My tester also had a full color head-up display, laser headlights with auto high beam, heated front arm rests (both on the doors and between the seats), heated rear bench, voice commands and an electrically adjustable steering wheel. And since the 45e is a plug-in hybrid, it gets some unique features, such as a Hybrid model in place of the usual Comfort mode, as well as a battery save function button that tells the car to charge the battery up to a specified level.
Performance & Handling
The X5 45e is unquestionably quick – it sprints from nought to 100 km/h (62 mph) in 5.6 seconds, but from the driver’s seat, it feels even quicker than that, as we’ve come to expect from powerful electric or electrified vehicles. Even though it weighs 2.5 tons, the vehicle accelerates very well, and it keeps accelerating all the way to its top speed of 235 km/h (145 mph) – the fact that acceleration remains strong even at higher speeds is unusual among SUVs, as their tall bodies encounter more air resistance at higher speeds.
The main source of power is BMW’s B58 3-liter straight-six which for this application has actually been detuned – it makes 286 horsepower and 450 Nm (331 pound-feet) and is aided by an electric motor built into the ZF eight-speed automatic gearbox. The motor makes 113 horsepower and 265 Nm (195 pound-feet) and, as a result, the vehicle is surprisingly nippy when in Electric mode.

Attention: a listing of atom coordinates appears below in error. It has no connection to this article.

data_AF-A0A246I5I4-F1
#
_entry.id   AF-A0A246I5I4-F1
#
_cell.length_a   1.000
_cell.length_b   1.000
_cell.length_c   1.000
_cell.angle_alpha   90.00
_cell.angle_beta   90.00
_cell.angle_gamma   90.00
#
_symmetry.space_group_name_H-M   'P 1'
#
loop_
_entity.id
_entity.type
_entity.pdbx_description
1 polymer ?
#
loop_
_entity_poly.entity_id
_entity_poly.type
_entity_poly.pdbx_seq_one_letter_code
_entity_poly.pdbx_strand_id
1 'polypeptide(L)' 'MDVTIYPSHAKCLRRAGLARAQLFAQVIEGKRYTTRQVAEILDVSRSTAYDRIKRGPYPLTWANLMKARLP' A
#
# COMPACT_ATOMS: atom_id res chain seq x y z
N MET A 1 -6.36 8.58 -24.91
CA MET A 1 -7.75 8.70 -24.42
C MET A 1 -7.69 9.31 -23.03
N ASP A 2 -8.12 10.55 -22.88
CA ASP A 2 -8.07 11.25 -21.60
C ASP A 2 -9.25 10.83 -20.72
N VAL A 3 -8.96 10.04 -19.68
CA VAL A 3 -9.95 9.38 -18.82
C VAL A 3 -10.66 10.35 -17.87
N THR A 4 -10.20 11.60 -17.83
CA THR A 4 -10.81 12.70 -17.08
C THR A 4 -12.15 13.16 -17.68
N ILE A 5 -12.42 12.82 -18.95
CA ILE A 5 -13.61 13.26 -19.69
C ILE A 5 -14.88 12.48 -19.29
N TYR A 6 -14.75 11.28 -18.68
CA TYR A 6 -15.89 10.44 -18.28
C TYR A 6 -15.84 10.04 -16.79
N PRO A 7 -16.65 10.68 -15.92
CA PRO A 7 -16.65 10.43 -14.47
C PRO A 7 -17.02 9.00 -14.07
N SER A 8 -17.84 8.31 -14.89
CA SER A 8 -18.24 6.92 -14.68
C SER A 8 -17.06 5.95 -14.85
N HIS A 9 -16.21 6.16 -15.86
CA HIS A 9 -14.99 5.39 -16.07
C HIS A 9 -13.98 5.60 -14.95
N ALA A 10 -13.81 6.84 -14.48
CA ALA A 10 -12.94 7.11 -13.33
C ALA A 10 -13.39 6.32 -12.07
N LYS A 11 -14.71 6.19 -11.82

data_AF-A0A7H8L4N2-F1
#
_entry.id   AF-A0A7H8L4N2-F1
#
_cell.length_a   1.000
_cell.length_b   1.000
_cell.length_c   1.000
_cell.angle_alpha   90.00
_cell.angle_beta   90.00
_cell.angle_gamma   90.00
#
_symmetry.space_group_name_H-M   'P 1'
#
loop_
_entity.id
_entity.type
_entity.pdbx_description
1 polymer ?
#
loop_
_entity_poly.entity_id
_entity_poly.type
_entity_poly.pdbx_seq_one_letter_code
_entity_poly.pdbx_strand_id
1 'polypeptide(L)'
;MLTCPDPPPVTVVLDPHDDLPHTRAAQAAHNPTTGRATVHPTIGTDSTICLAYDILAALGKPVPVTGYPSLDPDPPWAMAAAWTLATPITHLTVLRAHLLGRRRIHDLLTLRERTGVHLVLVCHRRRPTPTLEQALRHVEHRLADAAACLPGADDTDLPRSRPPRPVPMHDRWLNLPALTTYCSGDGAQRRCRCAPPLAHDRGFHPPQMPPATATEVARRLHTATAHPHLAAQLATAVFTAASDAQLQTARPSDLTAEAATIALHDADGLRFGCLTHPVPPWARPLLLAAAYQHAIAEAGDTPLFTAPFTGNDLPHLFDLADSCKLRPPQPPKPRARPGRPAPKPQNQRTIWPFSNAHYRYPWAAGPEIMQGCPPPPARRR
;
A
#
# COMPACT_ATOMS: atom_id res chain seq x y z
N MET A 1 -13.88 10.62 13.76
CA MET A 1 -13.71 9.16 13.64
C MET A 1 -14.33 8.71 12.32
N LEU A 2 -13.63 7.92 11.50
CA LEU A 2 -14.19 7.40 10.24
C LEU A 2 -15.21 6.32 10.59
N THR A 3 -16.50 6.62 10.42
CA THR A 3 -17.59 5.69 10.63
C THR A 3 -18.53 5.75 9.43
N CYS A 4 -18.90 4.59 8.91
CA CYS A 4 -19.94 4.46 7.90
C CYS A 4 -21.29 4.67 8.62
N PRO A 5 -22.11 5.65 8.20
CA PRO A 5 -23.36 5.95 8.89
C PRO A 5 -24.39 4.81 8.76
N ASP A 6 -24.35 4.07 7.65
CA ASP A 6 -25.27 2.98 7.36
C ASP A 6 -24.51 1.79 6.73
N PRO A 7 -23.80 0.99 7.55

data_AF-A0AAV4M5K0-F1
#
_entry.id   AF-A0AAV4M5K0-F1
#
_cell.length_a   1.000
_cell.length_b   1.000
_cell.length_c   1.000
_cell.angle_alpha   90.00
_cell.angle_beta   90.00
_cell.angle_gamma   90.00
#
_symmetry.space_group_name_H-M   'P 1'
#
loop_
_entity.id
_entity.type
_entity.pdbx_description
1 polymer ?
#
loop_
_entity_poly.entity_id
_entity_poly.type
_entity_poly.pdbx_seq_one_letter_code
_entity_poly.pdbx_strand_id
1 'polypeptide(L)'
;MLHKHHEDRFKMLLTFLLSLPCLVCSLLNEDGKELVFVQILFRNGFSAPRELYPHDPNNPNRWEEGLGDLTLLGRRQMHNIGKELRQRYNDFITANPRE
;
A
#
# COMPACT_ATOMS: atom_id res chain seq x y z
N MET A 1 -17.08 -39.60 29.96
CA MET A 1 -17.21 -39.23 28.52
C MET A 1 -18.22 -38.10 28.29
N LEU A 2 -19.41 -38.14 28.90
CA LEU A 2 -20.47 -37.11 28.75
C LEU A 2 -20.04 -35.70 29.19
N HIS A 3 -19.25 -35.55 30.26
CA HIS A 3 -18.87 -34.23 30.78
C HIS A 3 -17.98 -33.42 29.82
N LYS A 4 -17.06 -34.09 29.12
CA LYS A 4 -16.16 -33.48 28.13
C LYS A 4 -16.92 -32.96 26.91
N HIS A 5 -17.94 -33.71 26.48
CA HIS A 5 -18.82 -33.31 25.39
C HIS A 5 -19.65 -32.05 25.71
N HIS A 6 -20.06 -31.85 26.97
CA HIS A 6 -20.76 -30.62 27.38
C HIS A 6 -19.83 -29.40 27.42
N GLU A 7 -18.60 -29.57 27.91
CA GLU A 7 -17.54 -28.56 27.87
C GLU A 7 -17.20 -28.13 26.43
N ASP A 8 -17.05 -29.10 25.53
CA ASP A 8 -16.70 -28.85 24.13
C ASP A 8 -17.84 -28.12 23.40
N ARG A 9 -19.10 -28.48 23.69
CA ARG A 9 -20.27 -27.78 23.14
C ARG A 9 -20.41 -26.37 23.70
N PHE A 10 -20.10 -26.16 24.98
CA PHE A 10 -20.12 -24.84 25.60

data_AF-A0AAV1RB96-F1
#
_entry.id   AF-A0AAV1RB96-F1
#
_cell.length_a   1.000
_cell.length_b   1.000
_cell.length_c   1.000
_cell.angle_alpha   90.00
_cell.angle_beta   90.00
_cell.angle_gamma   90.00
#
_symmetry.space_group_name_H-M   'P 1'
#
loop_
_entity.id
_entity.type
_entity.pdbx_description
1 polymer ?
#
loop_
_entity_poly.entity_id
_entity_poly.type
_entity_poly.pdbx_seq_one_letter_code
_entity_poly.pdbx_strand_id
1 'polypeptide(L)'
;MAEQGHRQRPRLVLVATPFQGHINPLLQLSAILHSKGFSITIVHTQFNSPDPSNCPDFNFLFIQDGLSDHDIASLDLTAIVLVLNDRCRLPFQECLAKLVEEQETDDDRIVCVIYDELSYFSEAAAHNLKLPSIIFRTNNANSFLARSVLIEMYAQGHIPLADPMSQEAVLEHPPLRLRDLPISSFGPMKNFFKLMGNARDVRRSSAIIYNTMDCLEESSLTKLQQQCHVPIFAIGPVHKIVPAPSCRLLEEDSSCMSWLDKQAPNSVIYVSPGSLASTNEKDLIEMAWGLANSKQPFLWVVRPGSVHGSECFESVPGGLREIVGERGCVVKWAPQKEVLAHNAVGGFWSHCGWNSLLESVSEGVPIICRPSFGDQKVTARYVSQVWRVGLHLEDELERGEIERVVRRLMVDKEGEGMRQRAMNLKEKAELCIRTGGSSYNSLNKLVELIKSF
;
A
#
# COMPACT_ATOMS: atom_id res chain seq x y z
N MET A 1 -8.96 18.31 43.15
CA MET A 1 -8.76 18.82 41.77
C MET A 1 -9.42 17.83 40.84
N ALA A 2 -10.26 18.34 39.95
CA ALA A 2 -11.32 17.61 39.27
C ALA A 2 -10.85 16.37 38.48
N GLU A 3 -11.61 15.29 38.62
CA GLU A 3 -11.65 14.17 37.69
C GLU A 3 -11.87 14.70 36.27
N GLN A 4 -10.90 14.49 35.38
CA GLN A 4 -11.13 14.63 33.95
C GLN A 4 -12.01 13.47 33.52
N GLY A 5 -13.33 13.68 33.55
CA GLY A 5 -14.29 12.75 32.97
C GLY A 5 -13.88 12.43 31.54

According to BMW, they provide a combined 392 horsepower and 600 Nm of torque. And that’s not all – this vehicle has a remarkably intoxicating exhaust note which I recorded and you can listen to it in the video review.
Through the corners, it’s about as composed and surefooted as you’d expect an X5 to be, but the extra 300 kg (660 pounds) it lugs around compared to a 40i model does make its presence felt. It’s still good through corners, but you can definitely feel the extra weight, and it does dull the handling a bit. This is not what I experienced when , and that’s a vehicle that I think makes more sense as a plug-in hybrid than the larger X5 (even with its big battery and impressive pure-electric range).
Efficiency, Range & Charging